Neural Representations of Visual Motion Processing in the Human Brain Using Laminar Imaging at 9.4 Tesla

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Dokumentart: Dissertation
Date: 2019-08-09
Language: English
Faculty: 7 Mathematisch-Naturwissenschaftliche Fakultät
Department: Biologie
Advisor: Bartels, Andreas (Prof. Dr.)
Day of Oral Examination: 2019-07-25
DDC Classifikation: 000 - Computer science, information and general works
500 - Natural sciences and mathematics
570 - Life sciences; biology
610 - Medicine and health
Keywords: Funktionelle Kernspintomografie , Visuelles System
Other Keywords:
efference copy
eye movements
ultra-high Field MRI
Visual Motion
multimodal integration
License: Publishing license including print on demand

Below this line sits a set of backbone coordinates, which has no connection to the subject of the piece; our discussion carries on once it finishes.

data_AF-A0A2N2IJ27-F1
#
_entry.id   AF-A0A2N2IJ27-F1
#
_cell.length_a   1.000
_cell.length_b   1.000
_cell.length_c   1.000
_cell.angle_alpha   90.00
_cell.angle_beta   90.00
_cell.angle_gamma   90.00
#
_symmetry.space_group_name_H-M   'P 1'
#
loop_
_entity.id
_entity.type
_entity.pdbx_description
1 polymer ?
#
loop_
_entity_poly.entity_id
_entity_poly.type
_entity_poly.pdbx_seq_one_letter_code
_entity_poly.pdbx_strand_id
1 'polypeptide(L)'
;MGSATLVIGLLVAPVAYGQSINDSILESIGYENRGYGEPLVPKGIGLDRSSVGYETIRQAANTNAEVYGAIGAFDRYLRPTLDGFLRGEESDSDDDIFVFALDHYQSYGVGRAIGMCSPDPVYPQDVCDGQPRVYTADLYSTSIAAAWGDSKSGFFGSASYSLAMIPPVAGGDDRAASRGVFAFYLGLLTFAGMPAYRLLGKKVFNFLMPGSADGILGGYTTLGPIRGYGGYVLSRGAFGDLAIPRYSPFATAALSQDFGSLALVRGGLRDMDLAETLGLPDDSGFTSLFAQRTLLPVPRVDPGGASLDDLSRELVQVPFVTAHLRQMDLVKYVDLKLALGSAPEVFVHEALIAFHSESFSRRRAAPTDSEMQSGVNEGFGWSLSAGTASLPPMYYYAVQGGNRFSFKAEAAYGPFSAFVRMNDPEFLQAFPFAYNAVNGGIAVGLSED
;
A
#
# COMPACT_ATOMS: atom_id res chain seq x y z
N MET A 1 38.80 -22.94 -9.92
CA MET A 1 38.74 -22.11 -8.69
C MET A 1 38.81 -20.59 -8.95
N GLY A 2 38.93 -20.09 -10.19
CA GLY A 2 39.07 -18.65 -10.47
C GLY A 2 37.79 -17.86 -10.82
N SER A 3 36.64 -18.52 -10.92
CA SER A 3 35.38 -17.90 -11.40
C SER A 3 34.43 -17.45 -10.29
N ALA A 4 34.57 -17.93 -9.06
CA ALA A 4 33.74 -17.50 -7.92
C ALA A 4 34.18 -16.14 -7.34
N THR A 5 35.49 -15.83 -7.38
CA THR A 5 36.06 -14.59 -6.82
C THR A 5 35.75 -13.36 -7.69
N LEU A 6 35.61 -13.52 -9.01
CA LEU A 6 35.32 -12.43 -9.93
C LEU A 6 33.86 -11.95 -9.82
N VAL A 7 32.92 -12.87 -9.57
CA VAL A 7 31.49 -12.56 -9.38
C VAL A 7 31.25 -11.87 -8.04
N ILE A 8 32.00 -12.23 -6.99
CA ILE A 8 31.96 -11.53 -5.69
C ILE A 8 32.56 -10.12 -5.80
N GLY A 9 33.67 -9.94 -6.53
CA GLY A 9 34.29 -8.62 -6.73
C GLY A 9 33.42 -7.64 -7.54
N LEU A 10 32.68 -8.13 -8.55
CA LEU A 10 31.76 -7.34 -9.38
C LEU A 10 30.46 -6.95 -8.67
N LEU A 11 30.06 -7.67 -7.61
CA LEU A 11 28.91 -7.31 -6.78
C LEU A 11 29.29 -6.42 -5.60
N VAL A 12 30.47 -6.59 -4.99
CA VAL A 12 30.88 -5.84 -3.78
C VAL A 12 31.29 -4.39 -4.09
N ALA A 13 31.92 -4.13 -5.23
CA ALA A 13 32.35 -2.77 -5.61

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During natural behavior, much of the motion signal falling into our eyes is due to our own movements. Therefore, in order to correctly perceive motion in our environment, it is important to parse visual motion signals into those caused by self-motion such as eye- or head-movements and those caused by external motion. Neural mechanisms underlying this task, which are also required to allow for a stable perception of the world during pursuit eye movements, are not fully understood. Both, perceptual stability as well as perception of real-world (i.e. objective) motion are the product of integration between motion signals on the retina and efference copies of eye movements. The central aim of this thesis is to examine whether different levels of cortical depth or distinct columnar structures of visual motion regions are differentially involved in disentangling signals related to self-motion, objective, or object motion. Based on previous studies reporting segregated populations of voxels in high level visual areas such as V3A, V6, and MST responding predominantly to either retinal or extra- retinal (‘real’) motion, we speculated such voxels to reside within laminar or columnar functional units. We used ultra-high field (9.4T) fMRI along with an experimental paradigm that independently manipulated retinal and extra-retinal motion signals (smooth pursuit) while controlling for effects of eye-movements, to investigate whether processing of real world motion in human V5/MT, putative MST (pMST), and V1 is associated to differential laminar signal intensities. We also examined motion integration across cortical depths in human motion areas V3A and V6 that have strong objective motion responses. We found a unique, condition specific laminar profile in human area V6, showing reduced mid-layer responses for retinal motion only, suggestive of an inhibitory retinal contribution to motion integration in mid layers or alternatively an excitatory contribution in deep and superficial layers. We also found evidence indicating that in V5/MT and pMST, processing related to retinal, objective, and pursuit motion are either integrated or colocalized at the scale of our resolution. In contrast, in V1, independent functional processes seem to be driving the response to retinal and objective motion on the one hand, and to pursuit signals on the other. The lack of differential signals across depth in these regions suggests either that a columnar rather than laminar segregation governs these functions in these areas, or that the methods used were unable to detect differential neural laminar processing. Furthermore, the thesis provides a thorough analysis of the relevant technical modalities used for data acquisition and data analysis at ultra-high field in the context of laminar fMRI. Relying on our technical implementations we were able to conduct two high-resolution fMRI experiments that helped us to further investigate the laminar organization of self-induced and externally induced motion cues in human high-level visual areas and to form speculations about the site and the mechanisms of their integration.

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